Now he was dead.

They would never know the true extent of his crimes.

She hoped Parinita would not have to bear the weight of that sin now that Gowon’s head was sprayed across a white wall in an old warehouse on the now occupied border.

Madiha gave her a weary smile. “Parinita, I appreciate your help. I’ll have to rely on you a lot from now. This is my first big command. But hopefully I can give you better direction where it counts. I would like to work closely with a good staff.”

Parinita smiled back. “I’m already feeling more confident, Captain!”

“I’m glad. And I have a curiosity, if you have a moment to spare.”

“Alright.” Parinita said.

She appeared puzzled by the request, but she innocently accepted.

Together they stood off the roots of the decayed tree and walked a few paces around the trunk. Madiha pointed Parinita towards a cluster of trees in the distance, some twenty or thirty meters away, taller and greener than the one nearby.

In other countries, the Aster’s Gloom was the first of the ravages of cold: but in Adjar there were always plants in bloom. Fruit grew prominently from the branches of this little grove, and it was plentiful and large, and its yellow and red gradation of colors helped it to stand out from the green leaves and gray bark of the trees.

Carefully, so as not to cause Parinita any fright, Madiha withdrew her sidearm, a fairly small revolver chambered for the 7.62mm x 38 caliber. Parinita looked even more confused at first, but Madiha just wanted to give her a little demonstration. She gently drew her attention to the grove again and asked her to to cover her ears with her hands.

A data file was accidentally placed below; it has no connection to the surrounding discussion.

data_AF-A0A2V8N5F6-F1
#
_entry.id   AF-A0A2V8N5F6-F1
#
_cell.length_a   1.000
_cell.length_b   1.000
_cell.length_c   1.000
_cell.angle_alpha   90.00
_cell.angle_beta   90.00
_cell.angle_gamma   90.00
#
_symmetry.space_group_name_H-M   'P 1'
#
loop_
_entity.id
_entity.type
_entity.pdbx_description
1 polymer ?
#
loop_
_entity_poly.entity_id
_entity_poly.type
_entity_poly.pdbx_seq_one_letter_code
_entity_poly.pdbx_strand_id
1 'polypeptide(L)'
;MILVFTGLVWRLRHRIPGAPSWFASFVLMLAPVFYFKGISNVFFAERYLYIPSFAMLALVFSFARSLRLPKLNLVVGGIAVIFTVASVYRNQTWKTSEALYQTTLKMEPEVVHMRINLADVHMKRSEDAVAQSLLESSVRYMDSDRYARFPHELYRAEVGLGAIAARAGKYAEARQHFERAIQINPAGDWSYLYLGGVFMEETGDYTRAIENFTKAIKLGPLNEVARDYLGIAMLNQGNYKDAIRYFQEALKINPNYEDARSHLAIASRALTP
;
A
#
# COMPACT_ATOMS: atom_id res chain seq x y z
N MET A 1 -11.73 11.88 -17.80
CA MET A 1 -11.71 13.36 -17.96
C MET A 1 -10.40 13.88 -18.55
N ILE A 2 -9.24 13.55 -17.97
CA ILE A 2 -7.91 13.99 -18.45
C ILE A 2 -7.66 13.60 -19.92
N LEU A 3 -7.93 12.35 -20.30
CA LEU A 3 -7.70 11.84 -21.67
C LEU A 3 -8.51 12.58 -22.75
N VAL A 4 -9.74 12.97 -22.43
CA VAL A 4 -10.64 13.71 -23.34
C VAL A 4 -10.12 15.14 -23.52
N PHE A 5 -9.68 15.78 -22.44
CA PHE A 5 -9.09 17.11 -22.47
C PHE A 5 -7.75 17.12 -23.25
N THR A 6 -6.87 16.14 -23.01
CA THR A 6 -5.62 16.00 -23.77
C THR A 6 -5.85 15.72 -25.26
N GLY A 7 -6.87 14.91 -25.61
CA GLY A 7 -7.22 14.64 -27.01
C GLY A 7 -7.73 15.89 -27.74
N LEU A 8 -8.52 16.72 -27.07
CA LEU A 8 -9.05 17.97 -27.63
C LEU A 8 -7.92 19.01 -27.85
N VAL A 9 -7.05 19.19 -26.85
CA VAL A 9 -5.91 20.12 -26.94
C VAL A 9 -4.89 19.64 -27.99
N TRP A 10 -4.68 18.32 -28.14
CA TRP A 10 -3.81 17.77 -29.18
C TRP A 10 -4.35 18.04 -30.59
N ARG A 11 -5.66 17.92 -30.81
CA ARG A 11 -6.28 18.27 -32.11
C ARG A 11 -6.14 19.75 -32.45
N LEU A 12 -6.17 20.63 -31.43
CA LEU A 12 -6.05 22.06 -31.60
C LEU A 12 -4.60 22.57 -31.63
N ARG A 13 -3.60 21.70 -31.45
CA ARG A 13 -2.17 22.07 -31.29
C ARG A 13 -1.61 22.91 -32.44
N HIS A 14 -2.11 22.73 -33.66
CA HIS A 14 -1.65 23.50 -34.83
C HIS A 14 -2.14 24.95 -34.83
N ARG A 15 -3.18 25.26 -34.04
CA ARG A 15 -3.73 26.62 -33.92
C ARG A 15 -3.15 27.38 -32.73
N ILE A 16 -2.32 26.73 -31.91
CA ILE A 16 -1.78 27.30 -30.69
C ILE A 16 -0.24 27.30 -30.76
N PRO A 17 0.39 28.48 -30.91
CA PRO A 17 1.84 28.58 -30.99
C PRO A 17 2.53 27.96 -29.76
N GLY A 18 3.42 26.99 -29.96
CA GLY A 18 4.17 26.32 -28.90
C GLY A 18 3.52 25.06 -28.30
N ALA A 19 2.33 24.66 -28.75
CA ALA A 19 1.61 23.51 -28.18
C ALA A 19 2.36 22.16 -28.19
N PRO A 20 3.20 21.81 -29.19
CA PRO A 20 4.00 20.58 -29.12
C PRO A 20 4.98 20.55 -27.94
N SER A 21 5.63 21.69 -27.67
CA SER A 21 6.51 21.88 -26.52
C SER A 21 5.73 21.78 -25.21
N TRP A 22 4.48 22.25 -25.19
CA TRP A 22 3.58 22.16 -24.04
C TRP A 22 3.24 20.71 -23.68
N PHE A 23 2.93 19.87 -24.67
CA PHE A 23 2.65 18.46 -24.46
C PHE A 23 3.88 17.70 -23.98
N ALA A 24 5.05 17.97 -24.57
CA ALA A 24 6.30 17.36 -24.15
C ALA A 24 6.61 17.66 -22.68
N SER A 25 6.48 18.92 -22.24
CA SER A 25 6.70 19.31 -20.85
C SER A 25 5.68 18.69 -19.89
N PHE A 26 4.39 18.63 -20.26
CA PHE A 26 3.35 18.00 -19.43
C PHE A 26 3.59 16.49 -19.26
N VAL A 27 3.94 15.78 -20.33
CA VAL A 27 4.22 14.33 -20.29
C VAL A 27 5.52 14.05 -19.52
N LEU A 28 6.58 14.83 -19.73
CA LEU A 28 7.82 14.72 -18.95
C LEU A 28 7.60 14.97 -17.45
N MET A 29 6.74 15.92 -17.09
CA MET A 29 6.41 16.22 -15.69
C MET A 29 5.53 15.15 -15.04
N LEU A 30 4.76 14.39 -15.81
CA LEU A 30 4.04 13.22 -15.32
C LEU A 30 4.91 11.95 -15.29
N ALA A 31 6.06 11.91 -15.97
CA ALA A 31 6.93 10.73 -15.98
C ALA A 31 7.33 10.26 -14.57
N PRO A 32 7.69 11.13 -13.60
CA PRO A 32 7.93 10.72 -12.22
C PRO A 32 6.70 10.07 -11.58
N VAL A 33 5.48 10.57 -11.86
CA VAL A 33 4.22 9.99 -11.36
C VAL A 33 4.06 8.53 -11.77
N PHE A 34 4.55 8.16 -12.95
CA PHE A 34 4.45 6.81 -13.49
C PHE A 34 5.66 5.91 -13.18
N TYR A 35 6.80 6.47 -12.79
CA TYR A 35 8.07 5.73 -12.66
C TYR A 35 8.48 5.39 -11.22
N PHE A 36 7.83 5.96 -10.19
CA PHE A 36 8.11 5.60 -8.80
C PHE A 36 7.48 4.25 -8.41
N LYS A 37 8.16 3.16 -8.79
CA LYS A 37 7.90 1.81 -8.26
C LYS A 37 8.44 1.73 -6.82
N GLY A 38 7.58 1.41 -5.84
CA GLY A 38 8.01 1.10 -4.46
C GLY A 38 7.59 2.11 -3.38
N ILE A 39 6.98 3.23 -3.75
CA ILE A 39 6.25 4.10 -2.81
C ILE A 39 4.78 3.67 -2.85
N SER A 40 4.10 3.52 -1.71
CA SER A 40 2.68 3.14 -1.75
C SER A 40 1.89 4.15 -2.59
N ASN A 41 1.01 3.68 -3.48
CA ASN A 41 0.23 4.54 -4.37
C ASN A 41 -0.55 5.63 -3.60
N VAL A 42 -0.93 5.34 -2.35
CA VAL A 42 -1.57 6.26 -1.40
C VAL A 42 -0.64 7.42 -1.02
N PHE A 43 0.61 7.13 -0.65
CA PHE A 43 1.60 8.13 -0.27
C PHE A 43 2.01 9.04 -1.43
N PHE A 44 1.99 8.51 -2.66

Holding the weapon with both hands, Madiha aimed and pulled the trigger. Parinita watched the grove in the distance. In an instant, a lone piece of fruit, severed from its branch, fell from one of the trees and into the patchy grass below it.

“Now I want you to try it.”

Madiha took Parinita’s hand and deposited the weapon on her palm.

“Back at the border, you were shooting that BKV rifle; your stance was not very good, but I could see some potential. I’m wondering how accurate you could be in a more relaxed setting. Nobody is going to interfere, so take your time and line up the shot.”

Madiha closed Parinita’s fingers around the weapon.

Parinita began to stutter. “I c-c-certainly can’t land a hit like yours!”

“I never miss what I am aiming; but I’m telling you, I think you can do it.”

There were ulterior motives, but Madiha certainly did feel she would be able to do it.

Standing behind Parinita, Madiha instructed her on a better posture for target shooting.

She patted Parinita’s legs gently, coaxing her legs closer together, and bending her knees just a little; she pulled Parinita’s arms, which she had fully extended with the weapon, to a more relaxed position, so she could retract and extend more easily; and she taught her how to hold the revolver with both of her hands. Three fingers and thumb around the grip, index finger along the frame, and her off-hand over the main hand with the thumbs together on the side of the weapon opposite her shooting finger. Parinita’s hands were a little shaky, and when she fired her first shot, she hit the trunk of the tree.

“Don’t be discouraged.” Madiha said. “Try again.”

Madiha stood close by her and helped Parinita to align the gun’s iron sights and to properly aim at her target. All the while, however, her mind was on other matters entirely. Back at the border, Madiha knew that she had seen through the eyes of a soldier, and that she had subconsciously improved the aim of a gun team firing on the Nochtish assault guns.

This was no dream, she remembered it perfectly.

She had not passed out or had a shell shock episode; odd as it sounded, she knew that she had left her body behind entirely and occupied another mind. Though the sensation was all but gone from her memory, Madiha knew that she could do it again.

She had to coax out this strange ability.

Ever since she was little, Madiha had never missed a shot she took.

That much she remembered.